David Knowles, “U.S. Senate seat now costs $10.5 million to win, on average, while US House seat costs, $1.7 million, new analysis of FEC data shows,” New York Daily News, March 11, 2013, https://www.nydailynews.com/news/politics/cost-u-s-senate-seat-10-5-million-article-1.1285491

Average cost. “Average Price of Victory,” Karl Evers-Hillstrom, “State of Money in Politics: The price of victory is steep,” Open Secrets, Feb. 19, 2019, https://www.opensecrets.org/news/2019/02/state-of-money-in-politics-the-price-of-victory-is-steep/ (“[In 2018] Victorious Senate candidates spent an average of $15.7 million, while the average winning House candidate shelled out just over $2 million on average.” See third “Source” cite. Total costs this year ($9.3 billion), vs. costs in 2018 ($5.7 billion), is a 163% increase. 163% of $15.7 million is $25.6 million; 163% of $2 million is $3.26 million. Daily costs. 6 years=2740 days. 25.6 million/2740=$9,343 2 years=720 days. 3.26 million/720=$4528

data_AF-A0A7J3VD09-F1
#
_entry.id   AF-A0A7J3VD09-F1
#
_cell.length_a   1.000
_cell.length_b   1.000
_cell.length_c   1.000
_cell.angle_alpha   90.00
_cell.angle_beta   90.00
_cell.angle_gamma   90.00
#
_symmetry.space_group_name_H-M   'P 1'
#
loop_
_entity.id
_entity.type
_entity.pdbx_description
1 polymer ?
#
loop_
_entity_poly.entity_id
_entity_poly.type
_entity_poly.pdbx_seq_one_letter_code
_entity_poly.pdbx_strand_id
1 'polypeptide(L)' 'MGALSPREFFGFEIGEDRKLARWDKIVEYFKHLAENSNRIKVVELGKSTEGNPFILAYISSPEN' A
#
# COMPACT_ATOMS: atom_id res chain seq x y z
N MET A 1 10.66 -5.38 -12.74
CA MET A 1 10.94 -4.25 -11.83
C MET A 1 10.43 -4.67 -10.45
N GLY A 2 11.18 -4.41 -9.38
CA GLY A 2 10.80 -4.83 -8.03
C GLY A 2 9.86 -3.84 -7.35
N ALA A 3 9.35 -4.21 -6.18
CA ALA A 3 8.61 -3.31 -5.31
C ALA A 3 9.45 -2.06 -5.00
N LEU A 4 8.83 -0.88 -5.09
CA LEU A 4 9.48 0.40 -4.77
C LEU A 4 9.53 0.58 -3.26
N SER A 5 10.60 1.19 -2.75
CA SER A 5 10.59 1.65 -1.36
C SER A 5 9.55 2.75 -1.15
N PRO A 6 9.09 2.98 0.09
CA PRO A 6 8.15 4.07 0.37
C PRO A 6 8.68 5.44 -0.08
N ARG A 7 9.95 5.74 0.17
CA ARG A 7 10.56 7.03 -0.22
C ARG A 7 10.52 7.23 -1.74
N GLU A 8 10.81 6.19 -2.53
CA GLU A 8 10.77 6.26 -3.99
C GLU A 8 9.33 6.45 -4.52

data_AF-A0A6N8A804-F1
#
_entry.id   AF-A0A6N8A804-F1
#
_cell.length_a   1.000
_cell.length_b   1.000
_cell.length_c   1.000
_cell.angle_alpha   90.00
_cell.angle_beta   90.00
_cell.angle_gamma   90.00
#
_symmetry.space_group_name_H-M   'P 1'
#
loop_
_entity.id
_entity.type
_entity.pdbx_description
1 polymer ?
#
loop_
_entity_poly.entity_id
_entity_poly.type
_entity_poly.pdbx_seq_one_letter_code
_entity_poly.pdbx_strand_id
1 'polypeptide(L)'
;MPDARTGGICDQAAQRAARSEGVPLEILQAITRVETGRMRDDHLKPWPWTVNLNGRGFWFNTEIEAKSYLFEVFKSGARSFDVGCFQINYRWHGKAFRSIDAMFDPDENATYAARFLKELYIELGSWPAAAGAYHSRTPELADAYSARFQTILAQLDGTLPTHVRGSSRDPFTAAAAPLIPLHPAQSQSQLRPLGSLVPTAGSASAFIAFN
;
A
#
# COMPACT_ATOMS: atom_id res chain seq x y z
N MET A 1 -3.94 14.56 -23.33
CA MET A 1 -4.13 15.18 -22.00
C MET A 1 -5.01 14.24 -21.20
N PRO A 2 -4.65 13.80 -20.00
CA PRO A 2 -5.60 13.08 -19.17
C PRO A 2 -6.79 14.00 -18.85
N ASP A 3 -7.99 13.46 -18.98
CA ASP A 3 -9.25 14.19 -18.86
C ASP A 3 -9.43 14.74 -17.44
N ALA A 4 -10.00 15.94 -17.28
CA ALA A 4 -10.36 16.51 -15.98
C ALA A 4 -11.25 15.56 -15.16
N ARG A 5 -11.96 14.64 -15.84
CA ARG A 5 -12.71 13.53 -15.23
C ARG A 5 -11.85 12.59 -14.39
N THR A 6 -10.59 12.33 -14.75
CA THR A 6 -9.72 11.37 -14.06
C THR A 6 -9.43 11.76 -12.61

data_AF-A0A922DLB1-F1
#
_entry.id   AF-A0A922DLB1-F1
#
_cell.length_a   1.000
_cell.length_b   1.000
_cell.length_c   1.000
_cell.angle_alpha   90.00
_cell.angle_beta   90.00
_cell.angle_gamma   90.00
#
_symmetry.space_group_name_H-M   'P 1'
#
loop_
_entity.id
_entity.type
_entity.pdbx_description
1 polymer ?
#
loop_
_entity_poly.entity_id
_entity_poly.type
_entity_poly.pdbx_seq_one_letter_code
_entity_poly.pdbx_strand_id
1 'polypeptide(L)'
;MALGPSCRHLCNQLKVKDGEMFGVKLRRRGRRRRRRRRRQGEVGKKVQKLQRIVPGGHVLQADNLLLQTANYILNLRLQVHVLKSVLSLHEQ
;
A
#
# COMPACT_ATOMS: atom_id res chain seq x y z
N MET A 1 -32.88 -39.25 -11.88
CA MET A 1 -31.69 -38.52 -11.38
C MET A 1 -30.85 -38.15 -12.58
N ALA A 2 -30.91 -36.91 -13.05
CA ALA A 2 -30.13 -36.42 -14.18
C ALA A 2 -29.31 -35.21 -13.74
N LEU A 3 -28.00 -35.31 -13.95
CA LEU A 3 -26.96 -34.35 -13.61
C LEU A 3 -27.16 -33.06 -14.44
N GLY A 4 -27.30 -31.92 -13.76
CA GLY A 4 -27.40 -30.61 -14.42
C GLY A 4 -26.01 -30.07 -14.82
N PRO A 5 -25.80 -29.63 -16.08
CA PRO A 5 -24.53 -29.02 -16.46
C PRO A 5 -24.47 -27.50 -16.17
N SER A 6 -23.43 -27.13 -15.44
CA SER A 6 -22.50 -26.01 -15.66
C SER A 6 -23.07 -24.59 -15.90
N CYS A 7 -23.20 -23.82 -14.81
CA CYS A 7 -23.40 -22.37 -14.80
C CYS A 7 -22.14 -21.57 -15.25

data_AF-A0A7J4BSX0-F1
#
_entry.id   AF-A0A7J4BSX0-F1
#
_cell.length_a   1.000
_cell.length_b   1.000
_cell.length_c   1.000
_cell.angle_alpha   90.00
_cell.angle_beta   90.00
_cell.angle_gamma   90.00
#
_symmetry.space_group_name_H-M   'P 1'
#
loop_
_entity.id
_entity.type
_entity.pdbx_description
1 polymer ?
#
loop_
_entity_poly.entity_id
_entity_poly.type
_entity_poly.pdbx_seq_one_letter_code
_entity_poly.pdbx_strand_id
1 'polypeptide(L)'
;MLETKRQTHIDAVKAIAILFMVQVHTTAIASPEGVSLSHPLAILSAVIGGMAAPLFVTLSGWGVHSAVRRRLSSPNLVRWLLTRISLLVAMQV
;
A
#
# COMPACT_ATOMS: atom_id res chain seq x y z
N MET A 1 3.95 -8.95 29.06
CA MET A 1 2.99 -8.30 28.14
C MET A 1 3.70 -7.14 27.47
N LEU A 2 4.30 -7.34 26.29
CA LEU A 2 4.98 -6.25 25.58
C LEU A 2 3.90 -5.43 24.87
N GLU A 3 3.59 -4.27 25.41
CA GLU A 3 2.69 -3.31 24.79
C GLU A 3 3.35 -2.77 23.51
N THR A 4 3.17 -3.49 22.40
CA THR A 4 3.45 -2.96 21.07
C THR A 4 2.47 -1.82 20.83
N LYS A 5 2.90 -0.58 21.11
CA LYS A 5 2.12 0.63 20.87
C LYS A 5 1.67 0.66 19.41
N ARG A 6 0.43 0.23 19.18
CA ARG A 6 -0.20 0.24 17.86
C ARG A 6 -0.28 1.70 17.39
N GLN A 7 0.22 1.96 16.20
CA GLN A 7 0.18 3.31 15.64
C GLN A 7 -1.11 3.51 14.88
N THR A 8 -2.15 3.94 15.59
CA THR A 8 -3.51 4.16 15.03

What can we do?

The examples/selections of proposals are my own, from reading, conversations, and experience over the years. I make no claim to being the first to think of any of them (except perhaps the last). What follows are random selections of material touching on these ideas.


Electoral Reform, Wikipedia, https://en.wikipedia.org/wiki/Electoral_reform (includes “4. Electoral reform by Country” for 17 countries)

Google search: “reforms to cut the high costs of American elections”

Column’s proposals.

Public funding: government or vouchers.

“Public financing of campaigns,” Campaign Finance in the United States,” Wikipedia, https://en.wikipedia.org/wiki/Campaign_finance_in_the_United_States#Public_financing_of_campaigns (“Massachusetts … taxpayers are allowed to contribute $1 to the statewide election fund by checking a box on their annual income taxes.” “Seattle voters approved the Democracy voucher program in 2015, which gives city residents four $25 vouchers to donate to participating candidates.[99] Vouchers have been proposed in other cities and states as a means to diversify the donor pool, help more candidates run for office, and boost political engagement.”)